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The title of this 2002 release might denote a mildly satirical inference to the band’s early 70’s outing titled, “Living In The Past.” Here, Ian Anderson and co. delves into the vast Tull songbook for these live performances, spanning 1989 thru 2001, whereas the bulk of the material might ring like a “best of” collection.
With the latest rendition of “Tull” – we find keyboardist Andrew Giddings effectively employing an assortment of synth-based textures for the series of works recorded at Britain’s “Hammersmith,” venue. Longtime “Tull” guitarist Martin Barre remains in the current lineup, while the listener will also have an opportunity to hear the original 1968 unit realigning for some blues-based pieces. And while Ian Anderson may no longer appear to be the longhaired court jester, his distinctive vocalizing and superb flute work remain intact. However, the driving force behind this effort resides within the musicians’ spirited renderings (amid a few cleverly articulated deviations) of such classics as “Aqualung,” and “Nothing Is Easy,” among others. The group also utilizes a strings section for the “Acoustic Session,” as all of these performances were captured on film for a scheduled DVD release. Hence, a vivid and inspiring portraiture of this time-honored progressive rock aggregation!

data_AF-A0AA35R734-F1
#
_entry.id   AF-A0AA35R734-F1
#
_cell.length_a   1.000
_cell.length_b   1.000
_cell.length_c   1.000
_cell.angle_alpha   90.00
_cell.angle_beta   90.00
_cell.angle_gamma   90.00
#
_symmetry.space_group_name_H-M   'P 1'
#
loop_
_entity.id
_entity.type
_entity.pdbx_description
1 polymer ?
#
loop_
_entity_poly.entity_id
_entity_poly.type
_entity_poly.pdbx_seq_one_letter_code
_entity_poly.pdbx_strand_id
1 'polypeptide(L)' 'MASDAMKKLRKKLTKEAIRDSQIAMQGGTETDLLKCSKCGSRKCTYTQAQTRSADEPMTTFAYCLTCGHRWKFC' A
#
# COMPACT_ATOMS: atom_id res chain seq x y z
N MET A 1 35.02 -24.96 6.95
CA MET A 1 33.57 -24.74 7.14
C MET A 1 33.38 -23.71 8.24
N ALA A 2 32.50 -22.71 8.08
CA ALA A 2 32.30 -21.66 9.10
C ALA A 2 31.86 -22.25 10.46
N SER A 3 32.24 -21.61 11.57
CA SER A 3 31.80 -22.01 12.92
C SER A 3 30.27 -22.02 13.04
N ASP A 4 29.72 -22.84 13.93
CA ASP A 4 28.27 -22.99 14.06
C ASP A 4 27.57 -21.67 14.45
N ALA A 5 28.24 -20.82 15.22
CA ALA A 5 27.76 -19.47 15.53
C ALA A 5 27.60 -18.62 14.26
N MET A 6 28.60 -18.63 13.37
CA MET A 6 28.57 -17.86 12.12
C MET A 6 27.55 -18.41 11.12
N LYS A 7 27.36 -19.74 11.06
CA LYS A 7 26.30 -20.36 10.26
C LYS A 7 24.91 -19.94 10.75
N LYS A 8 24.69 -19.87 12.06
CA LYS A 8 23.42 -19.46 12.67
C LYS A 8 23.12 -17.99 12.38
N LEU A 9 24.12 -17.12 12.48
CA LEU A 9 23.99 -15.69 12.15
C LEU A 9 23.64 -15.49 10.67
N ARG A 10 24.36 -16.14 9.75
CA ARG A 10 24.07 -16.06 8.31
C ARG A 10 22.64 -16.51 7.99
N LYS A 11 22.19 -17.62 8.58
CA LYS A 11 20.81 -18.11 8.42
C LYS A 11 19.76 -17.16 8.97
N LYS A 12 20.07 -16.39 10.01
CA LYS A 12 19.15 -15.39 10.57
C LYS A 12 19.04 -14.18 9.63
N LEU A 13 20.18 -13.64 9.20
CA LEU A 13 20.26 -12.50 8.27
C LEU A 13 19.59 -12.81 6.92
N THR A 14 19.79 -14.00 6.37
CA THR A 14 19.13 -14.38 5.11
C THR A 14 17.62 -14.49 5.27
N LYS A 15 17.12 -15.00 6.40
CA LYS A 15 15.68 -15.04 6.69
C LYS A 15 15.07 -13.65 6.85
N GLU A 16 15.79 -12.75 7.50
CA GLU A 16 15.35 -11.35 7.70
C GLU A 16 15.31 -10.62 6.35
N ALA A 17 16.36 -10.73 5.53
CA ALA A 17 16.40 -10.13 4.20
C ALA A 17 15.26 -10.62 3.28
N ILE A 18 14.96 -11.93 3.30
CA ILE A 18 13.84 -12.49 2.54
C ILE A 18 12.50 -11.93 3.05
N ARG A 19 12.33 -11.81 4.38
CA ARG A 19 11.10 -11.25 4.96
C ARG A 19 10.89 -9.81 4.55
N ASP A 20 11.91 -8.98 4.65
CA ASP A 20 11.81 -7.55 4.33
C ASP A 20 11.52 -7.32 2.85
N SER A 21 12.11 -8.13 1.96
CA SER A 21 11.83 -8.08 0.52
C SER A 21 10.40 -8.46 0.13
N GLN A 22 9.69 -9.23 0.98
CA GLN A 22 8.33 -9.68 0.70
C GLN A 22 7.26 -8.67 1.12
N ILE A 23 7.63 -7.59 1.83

Track Listing: 1.Intro 2.My Sunday Feeling 3.Roots To Branches 4.Jack In The Green 5.The Habanero Reel 6.Sweet Dream 7.In The Grip Of Stronger Stuff 8.Aqualung 9.Locomotive Breath 10.Living In The Past 11.Protect & Serve 12.Nothing Is Easy 13.Wond
Personnel: Ian Anderson: flutes, vocals - Original Tull lineup (selected tracks) Strings section and current Tull lineup
I love jazz because it’s what sounds
I was first exposed to jazz in my
parents household and in school
I appreciate many styles of jazz
and shy away from really outside
stuff. I enjoy relating to the
One of the best shows I ever
attended was 1975 Chick Corea’s
Return To Forever tour at an
intimate venue in downtown
The first jazz record I bought was
Herbie Hancock’s Chameleon.
My advice to new listeners is try
several styles before you decide
what jazz is all about!
Listen to music daily and stay open